sparrows (A. leconteii), have well-developed flight songs.

Why do seaside sparrows give flight songs? Although the flight song

is a highly conspicuous vocalization, obviously its energetic cost is

greater than that of perch singing. Post & Greenlaw (1975) report that

in their migratory northern seaside sparrows, flight songs are much

more common soon after females arrive on their male's territories. This,

as well as my findings that unmated Scott's seaside sparrows gave more

flight songs than mated birds, suggests that flight songs may be used in

mate attraction. All seaside sparrows, however, continue to give these

vocalizations throughout the breeding season.

A major portion of the flight song vocalization is the uttering of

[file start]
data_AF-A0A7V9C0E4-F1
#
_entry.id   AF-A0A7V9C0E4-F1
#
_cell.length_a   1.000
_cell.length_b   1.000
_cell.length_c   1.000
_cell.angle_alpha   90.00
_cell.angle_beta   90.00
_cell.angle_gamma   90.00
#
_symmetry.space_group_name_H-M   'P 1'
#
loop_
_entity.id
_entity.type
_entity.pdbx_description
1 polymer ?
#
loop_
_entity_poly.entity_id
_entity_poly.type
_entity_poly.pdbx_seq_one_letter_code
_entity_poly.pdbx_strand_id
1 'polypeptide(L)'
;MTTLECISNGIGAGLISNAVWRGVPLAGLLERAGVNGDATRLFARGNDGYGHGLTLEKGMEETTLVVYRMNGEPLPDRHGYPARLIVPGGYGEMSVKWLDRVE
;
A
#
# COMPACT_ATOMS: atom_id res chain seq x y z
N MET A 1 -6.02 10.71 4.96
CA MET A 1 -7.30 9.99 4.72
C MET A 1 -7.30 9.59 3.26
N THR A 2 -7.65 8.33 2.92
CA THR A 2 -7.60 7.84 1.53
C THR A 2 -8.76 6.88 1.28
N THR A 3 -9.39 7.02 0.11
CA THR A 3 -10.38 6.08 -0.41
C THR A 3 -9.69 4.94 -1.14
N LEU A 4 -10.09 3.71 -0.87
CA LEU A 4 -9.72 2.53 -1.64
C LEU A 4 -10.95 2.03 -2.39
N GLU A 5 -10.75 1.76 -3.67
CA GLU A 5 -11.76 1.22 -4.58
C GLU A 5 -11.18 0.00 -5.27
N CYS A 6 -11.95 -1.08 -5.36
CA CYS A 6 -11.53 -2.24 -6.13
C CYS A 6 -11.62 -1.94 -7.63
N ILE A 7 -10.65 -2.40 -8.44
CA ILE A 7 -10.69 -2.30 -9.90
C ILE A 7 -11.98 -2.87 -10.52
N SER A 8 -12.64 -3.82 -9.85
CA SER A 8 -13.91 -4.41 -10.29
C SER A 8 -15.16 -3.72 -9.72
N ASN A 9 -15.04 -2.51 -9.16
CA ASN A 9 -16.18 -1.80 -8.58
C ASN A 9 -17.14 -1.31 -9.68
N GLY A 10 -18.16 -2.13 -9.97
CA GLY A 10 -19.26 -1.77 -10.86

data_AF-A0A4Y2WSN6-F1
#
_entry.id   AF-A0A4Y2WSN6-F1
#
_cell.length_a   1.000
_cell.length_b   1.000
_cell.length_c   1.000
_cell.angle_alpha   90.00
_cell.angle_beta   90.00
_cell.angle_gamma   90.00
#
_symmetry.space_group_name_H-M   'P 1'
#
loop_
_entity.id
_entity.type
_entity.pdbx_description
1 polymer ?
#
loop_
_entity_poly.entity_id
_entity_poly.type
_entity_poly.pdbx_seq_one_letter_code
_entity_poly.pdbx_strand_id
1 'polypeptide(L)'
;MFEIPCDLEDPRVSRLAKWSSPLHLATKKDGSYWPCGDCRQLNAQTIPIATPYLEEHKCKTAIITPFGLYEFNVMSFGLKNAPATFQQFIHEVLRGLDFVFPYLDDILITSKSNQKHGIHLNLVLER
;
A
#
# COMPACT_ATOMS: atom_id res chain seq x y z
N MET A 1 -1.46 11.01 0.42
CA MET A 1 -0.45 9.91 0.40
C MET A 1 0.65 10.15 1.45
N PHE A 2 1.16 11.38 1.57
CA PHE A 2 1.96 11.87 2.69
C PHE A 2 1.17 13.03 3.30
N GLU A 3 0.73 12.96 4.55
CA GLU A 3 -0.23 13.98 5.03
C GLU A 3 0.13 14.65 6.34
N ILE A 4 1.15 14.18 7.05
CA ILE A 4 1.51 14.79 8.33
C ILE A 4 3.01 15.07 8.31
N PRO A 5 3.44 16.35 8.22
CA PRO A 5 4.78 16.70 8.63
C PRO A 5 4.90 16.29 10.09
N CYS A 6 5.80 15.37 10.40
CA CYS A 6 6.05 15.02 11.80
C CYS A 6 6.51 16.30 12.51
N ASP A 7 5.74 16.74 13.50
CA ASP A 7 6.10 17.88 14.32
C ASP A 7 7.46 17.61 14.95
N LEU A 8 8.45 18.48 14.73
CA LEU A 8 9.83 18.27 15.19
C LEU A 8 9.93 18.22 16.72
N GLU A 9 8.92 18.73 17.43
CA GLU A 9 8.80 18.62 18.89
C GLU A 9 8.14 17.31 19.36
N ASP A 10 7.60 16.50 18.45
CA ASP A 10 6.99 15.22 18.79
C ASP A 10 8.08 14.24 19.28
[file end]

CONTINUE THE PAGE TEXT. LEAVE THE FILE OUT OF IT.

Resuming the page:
one or two modified primary songs. Elsewhere (Chapter IV) I have shown

experimentally that the primary song is essential for both mate

attraction/retention and territory establishment/retention. Thus, it is

reasonable to assume that flight songs can effect the same critical

functions. I have presented evidence that birds give relatively more

flight songs (and sometimes they give only flight songs) during

inclement weather and when unmated. I therefore suggest that even

though they may be energetically costly, flight songs so effectively

magnify the message of the primary song that they are worth more to the

male, especially under otherwise adverse singing conditions.




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PAGE 158

81,9(56,7< 2) )/25,'$


THE ECOLOGY AND VOCALIZATIONS OF SCOTT'S SEASIDE SPARROWS
(Ammodramus maritlmus peninsulae)
By
MARY VICTORIA MCDONALD